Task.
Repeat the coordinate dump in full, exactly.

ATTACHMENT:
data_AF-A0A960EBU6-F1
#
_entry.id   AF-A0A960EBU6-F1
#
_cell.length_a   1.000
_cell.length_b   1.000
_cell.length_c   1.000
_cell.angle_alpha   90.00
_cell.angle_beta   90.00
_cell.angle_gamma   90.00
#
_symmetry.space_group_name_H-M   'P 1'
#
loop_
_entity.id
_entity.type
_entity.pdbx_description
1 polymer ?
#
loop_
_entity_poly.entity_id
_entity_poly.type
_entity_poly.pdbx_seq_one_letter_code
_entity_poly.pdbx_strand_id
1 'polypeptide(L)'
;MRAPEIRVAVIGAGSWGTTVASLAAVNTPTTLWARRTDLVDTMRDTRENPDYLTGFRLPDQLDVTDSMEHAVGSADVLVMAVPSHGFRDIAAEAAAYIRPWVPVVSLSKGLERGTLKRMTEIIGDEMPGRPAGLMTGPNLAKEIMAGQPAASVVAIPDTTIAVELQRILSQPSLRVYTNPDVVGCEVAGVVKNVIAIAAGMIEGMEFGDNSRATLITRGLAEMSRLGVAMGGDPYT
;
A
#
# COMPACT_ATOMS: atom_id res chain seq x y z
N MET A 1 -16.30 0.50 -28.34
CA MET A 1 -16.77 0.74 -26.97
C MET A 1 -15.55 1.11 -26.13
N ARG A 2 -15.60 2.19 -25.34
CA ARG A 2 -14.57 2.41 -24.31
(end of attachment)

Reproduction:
data_AF-A0A960EBU6-F1
#
_entry.id   AF-A0A960EBU6-F1
#
_cell.length_a   1.000
_cell.length_b   1.000
_cell.length_c   1.000
_cell.angle_alpha   90.00
_cell.angle_beta   90.00
_cell.angle_gamma   90.00
#
_symmetry.space_group_name_H-M   'P 1'
#
loop_
_entity.id
_entity.type
_entity.pdbx_description
1 polymer ?
#
loop_
_entity_poly.entity_id
_entity_poly.type
_entity_poly.pdbx_seq_one_letter_code
_entity_poly.pdbx_strand_id
1 'polypeptide(L)'
;MRAPEIRVAVIGAGSWGTTVASLAAVNTPTTLWARRTDLVDTMRDTRENPDYLTGFRLPDQLDVTDSMEHAVGSADVLVMAVPSHGFRDIAAEAAAYIRPWVPVVSLSKGLERGTLKRMTEIIGDEMPGRPAGLMTGPNLAKEIMAGQPAASVVAIPDTTIAVELQRILSQPSLRVYTNPDVVGCEVAGVVKNVIAIAAGMIEGMEFGDNSRATLITRGLAEMSRLGVAMGGDPYT
;
A
#
# COMPACT_ATOMS: atom_id res chain seq x y z
N MET A 1 -16.30 0.50 -28.34
CA MET A 1 -16.77 0.74 -26.97
C MET A 1 -15.55 1.11 -26.13
N ARG A 2 -15.60 2.19 -25.34
CA ARG A 2 -14.57 2.41 -24.31